A key component of the core course and of the Sustainability Semester is the Urban Sustainability Component, an intensive two-week trip based in Boston. Because environmental justice issues are an integral component in the larger context of sustainability, and because much of the world’s population lives in urban areas, we want the program’s students to understand that their experience living in a rural area – blessed with plentiful rain, rich soil and open space – is not necessarily representative of sustainable living. During the urban component our students explore critical issues such as food access, youth empowerment, and the relationship between poverty and sustainability. Lectures, discussions and hands-on opportunities with businesses, non-profits and government organizations allow students to compare and contrast sustainability issues and solutions in a rural and urban environment.
Coursework on the urban component is based on interdisciplinary experiential learning. Though specific community partners may vary in a given semester a sampling of the organizations we worked with in spring of 2013 include:
Alternatives for Community and Environment: a non-profit organization working toward environmental justice through the empowerment of low-income communities and communities of color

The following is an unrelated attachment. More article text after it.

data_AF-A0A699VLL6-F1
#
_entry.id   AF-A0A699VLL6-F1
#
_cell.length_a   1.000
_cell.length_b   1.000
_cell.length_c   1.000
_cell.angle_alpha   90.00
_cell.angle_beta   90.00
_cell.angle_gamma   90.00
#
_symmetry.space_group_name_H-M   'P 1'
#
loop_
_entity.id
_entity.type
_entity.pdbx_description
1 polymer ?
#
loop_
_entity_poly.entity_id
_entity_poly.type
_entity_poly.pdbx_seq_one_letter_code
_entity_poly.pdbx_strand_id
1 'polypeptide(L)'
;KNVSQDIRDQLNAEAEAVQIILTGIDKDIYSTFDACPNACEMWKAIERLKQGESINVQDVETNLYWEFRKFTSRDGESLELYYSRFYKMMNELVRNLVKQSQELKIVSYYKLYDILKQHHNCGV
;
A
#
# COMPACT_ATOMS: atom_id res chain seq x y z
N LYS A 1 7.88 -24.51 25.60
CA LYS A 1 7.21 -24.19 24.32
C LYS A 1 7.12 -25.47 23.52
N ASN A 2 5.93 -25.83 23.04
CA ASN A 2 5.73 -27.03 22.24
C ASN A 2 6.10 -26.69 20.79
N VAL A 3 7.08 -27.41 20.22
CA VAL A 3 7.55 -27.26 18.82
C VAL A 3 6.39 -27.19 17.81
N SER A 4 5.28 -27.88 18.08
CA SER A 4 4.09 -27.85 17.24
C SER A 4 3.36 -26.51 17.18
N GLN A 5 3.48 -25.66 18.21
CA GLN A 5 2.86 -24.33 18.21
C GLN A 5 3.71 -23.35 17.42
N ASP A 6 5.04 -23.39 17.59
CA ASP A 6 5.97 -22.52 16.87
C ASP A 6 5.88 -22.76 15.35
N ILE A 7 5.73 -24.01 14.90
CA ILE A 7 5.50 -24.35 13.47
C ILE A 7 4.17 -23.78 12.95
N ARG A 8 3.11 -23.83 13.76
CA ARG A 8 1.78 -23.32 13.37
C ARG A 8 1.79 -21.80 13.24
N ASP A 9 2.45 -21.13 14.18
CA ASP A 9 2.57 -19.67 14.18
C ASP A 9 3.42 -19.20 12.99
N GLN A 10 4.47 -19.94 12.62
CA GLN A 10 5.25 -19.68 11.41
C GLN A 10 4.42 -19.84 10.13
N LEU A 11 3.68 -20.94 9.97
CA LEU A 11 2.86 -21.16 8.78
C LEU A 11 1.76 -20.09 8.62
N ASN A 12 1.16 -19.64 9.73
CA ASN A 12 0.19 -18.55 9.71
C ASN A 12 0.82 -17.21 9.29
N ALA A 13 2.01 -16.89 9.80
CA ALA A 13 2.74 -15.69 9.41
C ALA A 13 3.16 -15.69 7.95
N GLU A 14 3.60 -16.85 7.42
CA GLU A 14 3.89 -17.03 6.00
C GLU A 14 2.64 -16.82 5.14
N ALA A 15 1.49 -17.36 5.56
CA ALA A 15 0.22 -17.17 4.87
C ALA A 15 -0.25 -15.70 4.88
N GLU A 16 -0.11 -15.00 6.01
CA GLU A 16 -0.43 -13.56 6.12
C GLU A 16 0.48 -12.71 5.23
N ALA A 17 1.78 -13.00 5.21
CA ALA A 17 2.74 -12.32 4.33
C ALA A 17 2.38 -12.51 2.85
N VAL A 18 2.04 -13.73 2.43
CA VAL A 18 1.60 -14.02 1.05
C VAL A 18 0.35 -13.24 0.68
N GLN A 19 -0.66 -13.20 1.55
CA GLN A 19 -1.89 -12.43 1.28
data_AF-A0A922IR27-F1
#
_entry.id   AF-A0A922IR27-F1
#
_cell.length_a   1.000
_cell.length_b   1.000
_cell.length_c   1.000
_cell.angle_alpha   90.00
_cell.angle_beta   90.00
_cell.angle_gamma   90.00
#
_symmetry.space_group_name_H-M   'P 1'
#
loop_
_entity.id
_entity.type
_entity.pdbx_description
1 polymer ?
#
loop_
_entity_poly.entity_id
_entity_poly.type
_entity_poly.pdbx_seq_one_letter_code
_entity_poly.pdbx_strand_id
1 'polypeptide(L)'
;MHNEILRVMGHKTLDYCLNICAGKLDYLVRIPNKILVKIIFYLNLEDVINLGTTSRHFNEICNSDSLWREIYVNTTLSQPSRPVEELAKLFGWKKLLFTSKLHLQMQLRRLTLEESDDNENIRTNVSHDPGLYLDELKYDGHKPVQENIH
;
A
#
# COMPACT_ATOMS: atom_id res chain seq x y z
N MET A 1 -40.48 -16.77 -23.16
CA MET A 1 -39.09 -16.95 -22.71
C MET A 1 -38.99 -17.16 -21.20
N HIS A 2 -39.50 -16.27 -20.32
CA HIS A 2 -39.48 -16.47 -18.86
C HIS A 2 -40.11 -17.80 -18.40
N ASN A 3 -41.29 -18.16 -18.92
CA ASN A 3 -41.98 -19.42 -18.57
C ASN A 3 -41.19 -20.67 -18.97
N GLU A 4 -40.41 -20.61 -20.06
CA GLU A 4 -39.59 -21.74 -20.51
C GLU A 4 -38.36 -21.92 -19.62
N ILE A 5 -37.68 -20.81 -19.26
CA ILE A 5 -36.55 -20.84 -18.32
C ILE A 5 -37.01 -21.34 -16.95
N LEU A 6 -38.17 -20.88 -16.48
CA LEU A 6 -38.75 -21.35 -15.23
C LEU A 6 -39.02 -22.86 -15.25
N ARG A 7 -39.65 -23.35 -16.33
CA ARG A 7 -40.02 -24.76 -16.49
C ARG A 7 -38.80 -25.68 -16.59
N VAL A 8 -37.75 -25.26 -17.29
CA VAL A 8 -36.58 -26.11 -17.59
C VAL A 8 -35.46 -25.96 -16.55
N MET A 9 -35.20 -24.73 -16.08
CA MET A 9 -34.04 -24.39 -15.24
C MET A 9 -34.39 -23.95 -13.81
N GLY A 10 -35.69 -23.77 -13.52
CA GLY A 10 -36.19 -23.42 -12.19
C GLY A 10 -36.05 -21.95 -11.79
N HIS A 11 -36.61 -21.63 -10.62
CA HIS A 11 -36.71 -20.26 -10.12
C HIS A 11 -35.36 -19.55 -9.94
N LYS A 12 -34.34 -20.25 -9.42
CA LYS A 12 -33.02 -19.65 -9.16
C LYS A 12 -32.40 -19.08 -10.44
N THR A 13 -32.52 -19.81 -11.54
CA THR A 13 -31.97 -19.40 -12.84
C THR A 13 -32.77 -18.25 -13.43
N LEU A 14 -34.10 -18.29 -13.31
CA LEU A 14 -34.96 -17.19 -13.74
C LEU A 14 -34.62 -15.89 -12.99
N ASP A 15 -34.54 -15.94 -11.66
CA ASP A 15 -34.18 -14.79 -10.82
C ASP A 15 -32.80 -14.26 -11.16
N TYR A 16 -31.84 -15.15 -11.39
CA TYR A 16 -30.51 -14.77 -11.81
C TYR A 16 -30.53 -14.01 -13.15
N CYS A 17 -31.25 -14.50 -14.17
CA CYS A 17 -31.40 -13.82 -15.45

Recover Green Roofs: private business designing, building and maintaining vegetated roofs including those growing food (owned and operated by alumni Mark Winterer ‘02 and Brendan Shea ‘04)
Artists for Humanity: train and employ under-resourced youth in the arts in an effort to address social, economic and racial issues within their community
Massachusetts Environmental Trust: funds water quality initiatives and is part of Massachusetts’ Executive Office of Energy and Environmental Affairs (alumnus Bill Hinkley’94 is the Program Director)
Union of Concerned Scientists: a non-profit organization using scientific research to partner with citizens and advocate for a sustainable future (alumnus Jeff Deyette’95 is Assistant Director of Energy Research and Analysis)
Walk Boston: a non-profit pedestrian advocacy organization working to make streets safer for walking
Clover Food Lab: a growing restaurant and food truck chain selling fast food made of healthy, vegetarian, whole food ingredients
Northeastern University School of Public Policy and Urban Affairs: interdisciplinary social science research on critical public policy issues
Even the location where students stay is a learning opportunity. At Hostelling International in Chinatown, a short walk from the famous Boston Common, students learn about and daily experience the features of a LEED certified building. At the hostel, a large kitchen facility allows for group cooking and a library allows for the accommodation of guest lectures. Students exclusively use public transportation to get around town for meetings with community partners and during their free time as they explore the culture of Boston.
Not only are students comparing urban and rural sustainability while in Boston. Informational interviews and conversations with St. Lawrence alumni relate to post-graduation work and their paid summer internship opportunity.